Best Motorcycle Vacation Routes: California Highway 1
Looking for that once-in-a-lifetime motorcycle vacation road trip? This is a big country. There are a lot of choices. But if you are looking for spectacular cliff-side ocean vistas, winding pavement, dramatic drop-offs and drop-dead gorgeous canyons, then you want to take a spin up California Highway 1.
Actually there is a version of Highway 1, or the Pacific Coast Highway, that runs from San Diego to the furthest northwest corner of the United States. That’s not a ride, that’s a 1,700-mile journey. We’ll just focus on the stretch in California between Malibu and Monterey to the north. It’s only about 300 miles between the two cities, so this is a motorcycle vacation that can easily be accomplished in a day. However, when you’re doing Highway 1 there is no way you can cruise straight through without stopping to take in the sights. Plan accordingly.
The Road and the Ride
For a nation that is accustomed to driving on flat, multi-lane interstates and freeways, it may be difficult to appreciate the civil engineering challenges that building the coastal highway presented. For much of the route, Highway 1 is not so much a “coastal road” as it is a “mountain road.”
California’s mountains are hard against the coast, and a roadbed had to be carved out of the side of the rock mile after mile. Thousands of tons of explosives and an army of steam shovels (yes, steam shovels not Caterpillar earth movers, this was the 1920s) reshaped the mountain side. Deep gorges required bridges and some of the finest examples of single-span concrete bridges in the world can be found.
Highway 1 can be a challenge to navigate since there simply isn’t enough room (particularly in the southbound lane) to be very forgiving. It’s a ride that’s going to blow away even the most jaded motorcycle enthusiast.
We’ve picked the Malibu-to-Monterey segment to review because of the unique experience and the lack of traffic that can clog the road south of Malibu and north of Monterey.
What You’ll See Along the Way
This stretch of the coastal highway almost feels from another time. The crush of modern life dissolves when you have cattle grazing next to the ocean outside San Simeon, where an opulent castle sprouts of a hilltop and the majestic vistas of Big Sur surrounds you. This is a ride you will be talking about for years.
In 1949 William Randolph Hearst (yes, Patty’s grandpa) moved into this humble 164-room castle and lived the life of excess with everything over the top. Gold and silver are everywhere. An indoor pool resembling a Roman bath is kept at optimal temperature with an oil heater. Artistic masterpieces are as common as magnet calendars on a refrigerator door.
If you want to see how a real billionaire lived, you can book a guided tour online. Yes there’s an app for that.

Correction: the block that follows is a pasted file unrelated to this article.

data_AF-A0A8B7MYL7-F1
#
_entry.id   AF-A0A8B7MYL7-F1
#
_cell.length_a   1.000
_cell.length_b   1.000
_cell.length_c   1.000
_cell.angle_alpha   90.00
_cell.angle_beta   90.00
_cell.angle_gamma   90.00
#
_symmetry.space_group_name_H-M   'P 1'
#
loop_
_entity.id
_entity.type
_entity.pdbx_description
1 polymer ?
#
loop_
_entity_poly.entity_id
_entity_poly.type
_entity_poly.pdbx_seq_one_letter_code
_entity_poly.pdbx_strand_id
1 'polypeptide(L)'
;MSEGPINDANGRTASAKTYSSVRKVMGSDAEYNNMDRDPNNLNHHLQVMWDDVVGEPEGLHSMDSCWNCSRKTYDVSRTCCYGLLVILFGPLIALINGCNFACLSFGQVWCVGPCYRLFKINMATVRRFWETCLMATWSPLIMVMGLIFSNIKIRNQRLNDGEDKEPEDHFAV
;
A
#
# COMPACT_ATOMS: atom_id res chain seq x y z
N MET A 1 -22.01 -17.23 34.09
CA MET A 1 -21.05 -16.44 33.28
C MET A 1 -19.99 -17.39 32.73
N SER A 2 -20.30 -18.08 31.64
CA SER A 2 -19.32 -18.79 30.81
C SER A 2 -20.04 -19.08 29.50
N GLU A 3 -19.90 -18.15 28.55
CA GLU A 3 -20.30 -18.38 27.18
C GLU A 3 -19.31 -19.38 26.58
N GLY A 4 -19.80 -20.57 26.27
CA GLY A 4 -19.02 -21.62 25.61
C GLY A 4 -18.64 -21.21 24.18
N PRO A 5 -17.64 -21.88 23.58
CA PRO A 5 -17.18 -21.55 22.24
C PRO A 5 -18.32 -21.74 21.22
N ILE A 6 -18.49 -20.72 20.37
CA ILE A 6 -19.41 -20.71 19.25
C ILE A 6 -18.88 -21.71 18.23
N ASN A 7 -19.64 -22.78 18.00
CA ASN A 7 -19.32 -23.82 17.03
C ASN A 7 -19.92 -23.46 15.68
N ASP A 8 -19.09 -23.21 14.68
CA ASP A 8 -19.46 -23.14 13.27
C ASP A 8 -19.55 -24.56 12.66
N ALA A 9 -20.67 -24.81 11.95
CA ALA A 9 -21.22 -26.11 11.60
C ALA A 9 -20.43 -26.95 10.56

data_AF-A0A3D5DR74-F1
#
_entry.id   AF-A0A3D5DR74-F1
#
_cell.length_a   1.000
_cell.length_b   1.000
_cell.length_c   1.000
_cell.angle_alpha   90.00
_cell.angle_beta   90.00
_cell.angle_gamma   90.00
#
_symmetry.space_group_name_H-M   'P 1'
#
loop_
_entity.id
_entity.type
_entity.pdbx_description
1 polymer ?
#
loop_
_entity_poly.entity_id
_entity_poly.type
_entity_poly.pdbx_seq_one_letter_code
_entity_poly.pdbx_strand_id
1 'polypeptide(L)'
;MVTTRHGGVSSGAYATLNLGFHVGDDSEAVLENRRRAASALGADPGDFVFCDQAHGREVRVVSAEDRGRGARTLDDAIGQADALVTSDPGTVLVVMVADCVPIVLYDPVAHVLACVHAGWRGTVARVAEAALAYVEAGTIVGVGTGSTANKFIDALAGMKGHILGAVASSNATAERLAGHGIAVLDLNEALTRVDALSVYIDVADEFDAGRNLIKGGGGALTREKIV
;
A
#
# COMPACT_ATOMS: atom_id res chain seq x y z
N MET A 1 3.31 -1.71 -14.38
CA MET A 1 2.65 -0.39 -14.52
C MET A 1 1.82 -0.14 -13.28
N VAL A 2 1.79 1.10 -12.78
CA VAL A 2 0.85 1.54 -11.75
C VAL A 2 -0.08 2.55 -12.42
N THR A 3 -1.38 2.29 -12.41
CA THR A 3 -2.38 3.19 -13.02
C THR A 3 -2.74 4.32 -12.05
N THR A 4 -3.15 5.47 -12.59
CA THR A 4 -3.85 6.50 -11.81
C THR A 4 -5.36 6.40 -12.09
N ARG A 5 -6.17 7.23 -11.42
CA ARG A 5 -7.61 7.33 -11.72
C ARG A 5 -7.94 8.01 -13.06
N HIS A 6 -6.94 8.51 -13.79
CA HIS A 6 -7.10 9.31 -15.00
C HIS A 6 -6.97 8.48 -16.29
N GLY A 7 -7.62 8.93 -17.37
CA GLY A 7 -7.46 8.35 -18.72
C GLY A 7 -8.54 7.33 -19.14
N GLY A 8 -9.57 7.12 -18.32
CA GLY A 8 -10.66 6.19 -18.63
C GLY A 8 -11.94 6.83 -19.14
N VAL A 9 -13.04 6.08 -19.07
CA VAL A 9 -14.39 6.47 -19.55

The twisting 90-mile stretch from Hearst Castle to Carmel-by-the-Sea, an area known as Big Sur, defines the magic that is the coastal highway. For a motorcyclist Big Sur is almost a mystical experience. On the one hand there is the incredible beauty of the bluffs, redwood forests and rocky beach, and on the other is a highway that offers enough twists and turns to challenge most riders.
The road follows the contour of the coastal edge which guarantees an interesting ride. Going north you can cuddle up to the rocky bluff on your right. However, heading south on the return trip you will be on the outside lane with nothing between you and an 80-foot drop into an angry sea but a nearly nonexistent shoulder. By the time you hit Big Sur you will have already discovered that guardrails have only been placed along the route pretty much as an afterthought.
There is a kind of special aura about Big Sur that has attracted hippies, intellectuals and free spirits of all kinds. “Laid back” doesn’t begin to describe how the locals look at life, and visitors are quick to pick up the vibe.
The place abounds in campgrounds and cabins for those on a budget who don’t care if their bathroom fixtures are not by Kohler. For the well-heeled there are upscale escapes complete with gourmet restaurants like Ventana and the cliff-hugging Post Ranch Inn.
Thirteen miles south of Carmel you’ll ride across Bixby Bridge, the most photographed bridge on the west coast.
First settled in the 1700s by Spanish missionaries, Carmel is a small village and home to an exceptionally creative population. In 1910 the San Francesco Call reported 60 percent of Carmel’s houses were built by citizens who were “devoting their lives to work connected to the aesthetic arts.”
That tradition continues, and Carmel remains one of the towns with the highest concentration of art galleries in the state. If eyeballing art makes you thirsty, you can always stop in at Clint Eastwood’s (former Carmel mayor) Hog’s Breath Inn for a beer.
If for some odd reason you are in the company of a motorcycling companion who is wearing high heels, know that high heels are only allowed by permit within city limits. This law was initiated to reduce the number of trip and fall lawsuits due to broken sidewalks.
If you’re not from California, you might think that’s weird.
Former capital of California under both Spanish and US rule, Monterey and the Monterey Peninsula offer a combination of historic buildings, excellent seafood, the spectacular coastline of 17-Mile Drive, Pebble Beach and a world class aquarium. John Steinbeck’s Cannery Row is now crammed with hotels, shops, entertainment and restaurants making Monterey an excellent end point for an exciting motorcycle tour.
So here’s the deal. If you’re looking for a challenging ride through magnificent country with the added feature of seals, otters and migrating whales, not to mention castles and art galleries, then you need to plan a run up and down Highway 1. If you think it’s too far from home to ride your bike, you can rent one when you get here. Don’t miss this world class motorcycle tour.